Coronavirus hits the old and those with other health problems hardest, but fit, youthful people are dying too, and experts are trying to understand why:
It remains one of the biggest puzzles of the Covid-19 pandemic. The disease generally causes serious problems only in older people or those with underlying health problems. But occasionally it strikes down young, apparently fit individuals, including medical staff exposed to patients with the virus.
In some cases, previously undiagnosed conditions are later revealed but in others no such explanations are available, leaving scientists struggling to find reasons for the behaviour of the coronavirus.
Several theories have been proposed. Some researchers believe the amount of virus that infects an individual may have crucial outcomes. Get a huge dose and your outcome may be worse. Others argue that genetic susceptibility may be involved: in other words, that there are individuals whose genetic makeup leaves them more vulnerable to the virus as it spreads through their bodies.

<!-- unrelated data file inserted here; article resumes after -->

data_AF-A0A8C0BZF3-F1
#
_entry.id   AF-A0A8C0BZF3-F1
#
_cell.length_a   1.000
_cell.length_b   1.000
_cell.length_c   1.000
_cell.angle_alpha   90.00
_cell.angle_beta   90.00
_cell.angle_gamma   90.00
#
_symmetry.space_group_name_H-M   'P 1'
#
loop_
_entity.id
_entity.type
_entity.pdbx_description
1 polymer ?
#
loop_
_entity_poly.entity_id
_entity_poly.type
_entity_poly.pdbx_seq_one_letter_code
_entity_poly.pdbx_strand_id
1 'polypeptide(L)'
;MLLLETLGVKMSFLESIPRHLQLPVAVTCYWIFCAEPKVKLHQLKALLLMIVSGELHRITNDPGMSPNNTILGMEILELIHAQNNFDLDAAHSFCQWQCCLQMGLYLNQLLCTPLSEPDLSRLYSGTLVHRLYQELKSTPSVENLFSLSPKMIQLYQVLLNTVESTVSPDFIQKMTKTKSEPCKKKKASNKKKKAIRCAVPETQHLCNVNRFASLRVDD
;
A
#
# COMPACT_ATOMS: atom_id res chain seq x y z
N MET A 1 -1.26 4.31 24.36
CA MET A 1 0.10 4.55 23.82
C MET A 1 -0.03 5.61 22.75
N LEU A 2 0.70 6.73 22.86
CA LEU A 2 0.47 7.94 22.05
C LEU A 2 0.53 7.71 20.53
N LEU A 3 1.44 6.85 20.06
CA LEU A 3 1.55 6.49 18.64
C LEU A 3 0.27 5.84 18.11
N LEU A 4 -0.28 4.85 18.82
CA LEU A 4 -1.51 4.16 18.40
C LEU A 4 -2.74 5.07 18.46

This latter idea is favoured by virologist Michael Skinner at Imperial College London. “It is very possible that some of us could have a particular genetic makeup that makes it more likely that we will respond badly to an infection with this coronavirus,” he said.
An example of such susceptibility is provided by the herpes simplex virus, which causes cold sores. In some people, a mutation that affects cell receptors known as TLR3, in their central nervous system, leaves them unable to deal with the worst impact of the virus: they contract a disease called herpes simplex encephalitis, which can lead to seizures and convulsions in children.
“It could be that we are seeing a similar sort of susceptibility in some individuals who get Covid-19, and that leads them to suffer more acutely from serious side-effects,” added Skinner.
Image Credit: Narendra Shrestha/EPA
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